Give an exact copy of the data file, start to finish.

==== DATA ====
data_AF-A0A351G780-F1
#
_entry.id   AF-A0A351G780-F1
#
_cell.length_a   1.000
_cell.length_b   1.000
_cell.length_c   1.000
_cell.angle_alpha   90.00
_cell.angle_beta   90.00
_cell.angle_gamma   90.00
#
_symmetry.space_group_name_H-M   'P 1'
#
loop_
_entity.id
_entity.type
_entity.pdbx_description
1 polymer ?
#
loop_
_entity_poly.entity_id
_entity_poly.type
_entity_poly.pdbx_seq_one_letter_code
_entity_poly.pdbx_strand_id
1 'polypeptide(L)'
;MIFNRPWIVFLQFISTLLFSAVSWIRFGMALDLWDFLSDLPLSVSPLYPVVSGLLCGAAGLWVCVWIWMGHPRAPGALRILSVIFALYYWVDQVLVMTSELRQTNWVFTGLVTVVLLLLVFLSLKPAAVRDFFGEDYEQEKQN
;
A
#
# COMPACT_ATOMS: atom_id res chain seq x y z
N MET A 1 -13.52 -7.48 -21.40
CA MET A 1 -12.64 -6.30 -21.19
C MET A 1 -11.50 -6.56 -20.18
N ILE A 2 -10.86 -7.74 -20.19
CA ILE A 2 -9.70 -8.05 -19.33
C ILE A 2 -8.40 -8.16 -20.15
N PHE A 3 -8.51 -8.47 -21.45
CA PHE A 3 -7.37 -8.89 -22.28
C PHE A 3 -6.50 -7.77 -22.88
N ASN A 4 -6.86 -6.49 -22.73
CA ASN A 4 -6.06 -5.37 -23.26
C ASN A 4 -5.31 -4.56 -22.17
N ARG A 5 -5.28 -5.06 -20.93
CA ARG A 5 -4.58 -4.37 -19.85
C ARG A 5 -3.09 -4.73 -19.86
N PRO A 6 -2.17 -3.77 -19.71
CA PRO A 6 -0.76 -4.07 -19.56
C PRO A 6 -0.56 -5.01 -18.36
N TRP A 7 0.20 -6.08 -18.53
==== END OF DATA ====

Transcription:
data_AF-A0A351G780-F1
#
_entry.id   AF-A0A351G780-F1
#
_cell.length_a   1.000
_cell.length_b   1.000
_cell.length_c   1.000
_cell.angle_alpha   90.00
_cell.angle_beta   90.00
_cell.angle_gamma   90.00
#
_symmetry.space_group_name_H-M   'P 1'
#
loop_
_entity.id
_entity.type
_entity.pdbx_description
1 polymer ?
#
loop_
_entity_poly.entity_id
_entity_poly.type
_entity_poly.pdbx_seq_one_letter_code
_entity_poly.pdbx_strand_id
1 'polypeptide(L)'
;MIFNRPWIVFLQFISTLLFSAVSWIRFGMALDLWDFLSDLPLSVSPLYPVVSGLLCGAAGLWVCVWIWMGHPRAPGALRILSVIFALYYWVDQVLVMTSELRQTNWVFTGLVTVVLLLLVFLSLKPAAVRDFFGEDYEQEKQN
;
A
#
# COMPACT_ATOMS: atom_id res chain seq x y z
N MET A 1 -13.52 -7.48 -21.40
CA MET A 1 -12.64 -6.30 -21.19
C MET A 1 -11.50 -6.56 -20.18
N ILE A 2 -10.86 -7.74 -20.19
CA ILE A 2 -9.70 -8.05 -19.33
C ILE A 2 -8.40 -8.16 -20.15
N PHE A 3 -8.51 -8.47 -21.45
CA PHE A 3 -7.37 -8.89 -22.28
C PHE A 3 -6.50 -7.77 -22.88
N ASN A 4 -6.86 -6.49 -22.73
CA ASN A 4 -6.06 -5.37 -23.26
C ASN A 4 -5.31 -4.56 -22.17
N ARG A 5 -5.28 -5.06 -20.93
CA ARG A 5 -4.58 -4.37 -19.85
C ARG A 5 -3.09 -4.73 -19.86
N PRO A 6 -2.17 -3.77 -19.71
CA PRO A 6 -0.76 -4.07 -19.56
C PRO A 6 -0.56 -5.01 -18.36
N TRP A 7 0.20 -6.08 -18.53